Fifty- four minutes. That is all the time that is allowed to elapse in Marieke Nijkamp's
This Is Where It Ends. Those are fifty-four very intense minutes told through the perspective of four different students: Claire, Tomas, Autumn and Sylv. The cover of the book gives the reader plenty of warning that this is about a school shooting, but it was so palpable, so acute. This isn't one of those books that starts out with lots of backstory and eventually leads up to the event as the climax. This book is all climax. The shooting is nearly the whole book and the reader experiences it in real time with the characters.
Autumn and Sylv are sitting in the regularly scheduled first-day-of-the-semester assembly. Tomas is picking through files in the principal's office where he has been sent for yet another prank. Claire is sucking nearly freezing air into her lungs as she pushes herself around the track in preparation for the first track meet of the season. None of them have any idea what is coming, but when it does they will be changed forever.
I can't remember the last time I read a book in a single day. It helps that this one had such a rapid pace, but I also couldn't stand to put it down. Not that I didn't want to. I actually considered putting it in the freezer for a little while (name that reference!), but I felt like I had to keep reading. I felt like my reading was the only thing keeping the characters alive. If I stop, they'll all die. Irrational, sure, but since when have I ever been rational about fictional characters? We've all been there and this book is sure to do the same to you.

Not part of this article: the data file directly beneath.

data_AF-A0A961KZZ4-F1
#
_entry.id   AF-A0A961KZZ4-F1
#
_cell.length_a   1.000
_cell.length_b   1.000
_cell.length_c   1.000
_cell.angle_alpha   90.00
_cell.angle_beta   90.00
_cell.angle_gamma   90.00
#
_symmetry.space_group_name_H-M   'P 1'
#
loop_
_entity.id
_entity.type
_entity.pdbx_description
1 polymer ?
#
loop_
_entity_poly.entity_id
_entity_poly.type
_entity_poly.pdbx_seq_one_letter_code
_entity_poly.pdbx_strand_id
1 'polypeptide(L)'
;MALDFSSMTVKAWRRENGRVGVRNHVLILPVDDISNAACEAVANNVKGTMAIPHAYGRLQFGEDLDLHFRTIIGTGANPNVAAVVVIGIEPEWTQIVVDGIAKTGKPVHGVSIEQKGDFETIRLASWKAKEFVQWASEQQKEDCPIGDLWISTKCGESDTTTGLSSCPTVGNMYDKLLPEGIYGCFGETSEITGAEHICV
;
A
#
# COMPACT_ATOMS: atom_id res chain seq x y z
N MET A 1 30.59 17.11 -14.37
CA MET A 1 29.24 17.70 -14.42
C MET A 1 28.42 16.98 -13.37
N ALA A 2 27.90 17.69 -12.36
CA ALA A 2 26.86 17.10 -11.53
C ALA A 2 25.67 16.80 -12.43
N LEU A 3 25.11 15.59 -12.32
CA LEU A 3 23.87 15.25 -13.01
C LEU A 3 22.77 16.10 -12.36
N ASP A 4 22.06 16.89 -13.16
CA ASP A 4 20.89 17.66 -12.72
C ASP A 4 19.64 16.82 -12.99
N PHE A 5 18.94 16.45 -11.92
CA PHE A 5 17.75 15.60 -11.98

This book is more than the heartbreaking accounts we read of actual school shootings. It has all of those awful, gruesome, dreadful details, but is also has so much good as well. The students who help each other, the stories of the teacher everyone admires, and the pain of knowing the shooter as more than just "the shooter". This is a real person with real background to these characters and they just can't understand how this could have happened even as it is happening. Nijkamp does a brilliant job with this difficult subject matter and with the tempo of the story. The only predictability about it is when the reader knows something bad is going to happen but not what, and that only adds to the apprehension. At other times, she surprises her reader with a sudden turn that can knock the breath out of her readers. It is wonderfully done.
I know I will need to reread this book. Reading it so quickly was necessary, but I'll want to read it again. Please be warned that this book is brutal, but breathtaking. I think it would make an excellent book for discussion. I'd love to hear what you think.